As I write this, it's 11:15 on a Saturday morning. My husband is out of town. My daughter has been awake for 3 hours. She is still in bed. Reading. There are occasional peals of laughter or cries lament ("Not the PRINCESS!") from her room. She's called out a couple of times to make me guess what chapter she is on. But the house is otherwise quiet. This is quite possibly my favorite Saturday morning ever.
She's reading the third Land of Stories book, A Grimm Warning, by Chris Colfer. She is hoping to stay in bed until she finishes. I have postponed the plans that I had to take her to library this morning. I am getting a lot done. Regular readers know that this is NOT the primary aspect of this that is making me happy, though it is a nice bonus.
[Updated to add that she took a short break for what turned out to be brunch, and then went back to her lair and read until she finished just before 2 pm. This post may need to be re-titled something like Literacy Milestone: Spending All Day Reading on a Saturday Because You HAVE to Finish. I even had to turn down a playdate. ]
Remarks are in order here about reading choice. Someone, I don't remember who, recommended this series to us. I checked out the first book from the public library a couple of months ago. My daughter had no interest, and I returned it, unread.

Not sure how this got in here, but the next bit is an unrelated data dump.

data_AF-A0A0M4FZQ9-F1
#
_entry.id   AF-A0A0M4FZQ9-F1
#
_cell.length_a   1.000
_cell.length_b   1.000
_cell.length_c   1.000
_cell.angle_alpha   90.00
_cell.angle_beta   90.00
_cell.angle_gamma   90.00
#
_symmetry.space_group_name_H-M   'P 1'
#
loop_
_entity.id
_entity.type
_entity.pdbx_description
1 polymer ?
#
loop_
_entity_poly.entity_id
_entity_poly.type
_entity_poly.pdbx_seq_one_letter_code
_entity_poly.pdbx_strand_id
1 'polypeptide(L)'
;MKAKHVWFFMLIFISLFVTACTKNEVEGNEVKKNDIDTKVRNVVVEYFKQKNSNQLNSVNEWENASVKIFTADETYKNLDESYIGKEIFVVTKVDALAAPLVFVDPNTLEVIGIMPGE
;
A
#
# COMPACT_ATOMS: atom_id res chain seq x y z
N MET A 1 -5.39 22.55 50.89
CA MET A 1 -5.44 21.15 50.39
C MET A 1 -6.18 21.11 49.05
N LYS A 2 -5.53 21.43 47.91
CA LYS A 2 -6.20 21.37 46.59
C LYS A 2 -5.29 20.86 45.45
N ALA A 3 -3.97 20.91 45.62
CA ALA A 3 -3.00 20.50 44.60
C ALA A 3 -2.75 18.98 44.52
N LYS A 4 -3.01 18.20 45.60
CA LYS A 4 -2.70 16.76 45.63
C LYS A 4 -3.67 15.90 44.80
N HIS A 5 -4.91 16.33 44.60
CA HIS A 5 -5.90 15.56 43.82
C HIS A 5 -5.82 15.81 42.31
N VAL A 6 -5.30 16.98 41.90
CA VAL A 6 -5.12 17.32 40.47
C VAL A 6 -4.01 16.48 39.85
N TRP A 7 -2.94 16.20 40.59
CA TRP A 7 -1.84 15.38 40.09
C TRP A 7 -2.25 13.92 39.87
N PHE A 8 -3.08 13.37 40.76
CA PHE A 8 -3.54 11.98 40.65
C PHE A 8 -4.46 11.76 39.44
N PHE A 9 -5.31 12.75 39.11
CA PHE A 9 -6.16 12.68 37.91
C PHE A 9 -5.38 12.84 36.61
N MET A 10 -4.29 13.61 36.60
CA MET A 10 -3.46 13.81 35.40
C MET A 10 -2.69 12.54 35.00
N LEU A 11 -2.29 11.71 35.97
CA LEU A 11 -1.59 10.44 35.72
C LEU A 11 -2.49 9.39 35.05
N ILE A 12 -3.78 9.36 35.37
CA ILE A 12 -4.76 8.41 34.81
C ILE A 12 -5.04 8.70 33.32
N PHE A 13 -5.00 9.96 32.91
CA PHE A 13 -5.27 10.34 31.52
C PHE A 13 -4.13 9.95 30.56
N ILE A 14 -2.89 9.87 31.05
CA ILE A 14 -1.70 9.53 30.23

Last week she picked up the third book from her school library. (This story is a validation of well-stocked school libraries, too.) Book 3 was the one in stock. Her friend told her that it wasn't necessary to read the first two to follow the story. That was good enough for my kid!
She's been devouring A Grimm Warning ever since. This is the book that helped her to get back into reading after she had trouble shaking the Candymakers world from her brain. I'm grateful that there are more books in the series. We already have requests in to the public library for the next two books (which are checked out from our local branches.)
Back to reading choice, in case this wasn't obvious. My daughter had no interest in this series when I recommended it. But when she found it on her own, seconded by a recommendation from a peer ... she was all in. Sure, some of that is because even though it's only been a couple of months, she's at a different reading stage. But I truly believe that a big part of her immersion in A Grimm Warning this weekend has to do with the fact that she chose it herself. And that is it should be.
Parents, if you want your kids to be readers, by all means make sure they have access to books. But as much as you can, let them choose. If you do, you may one day be rewarded with a Saturday like this one.
Thanks for reading!
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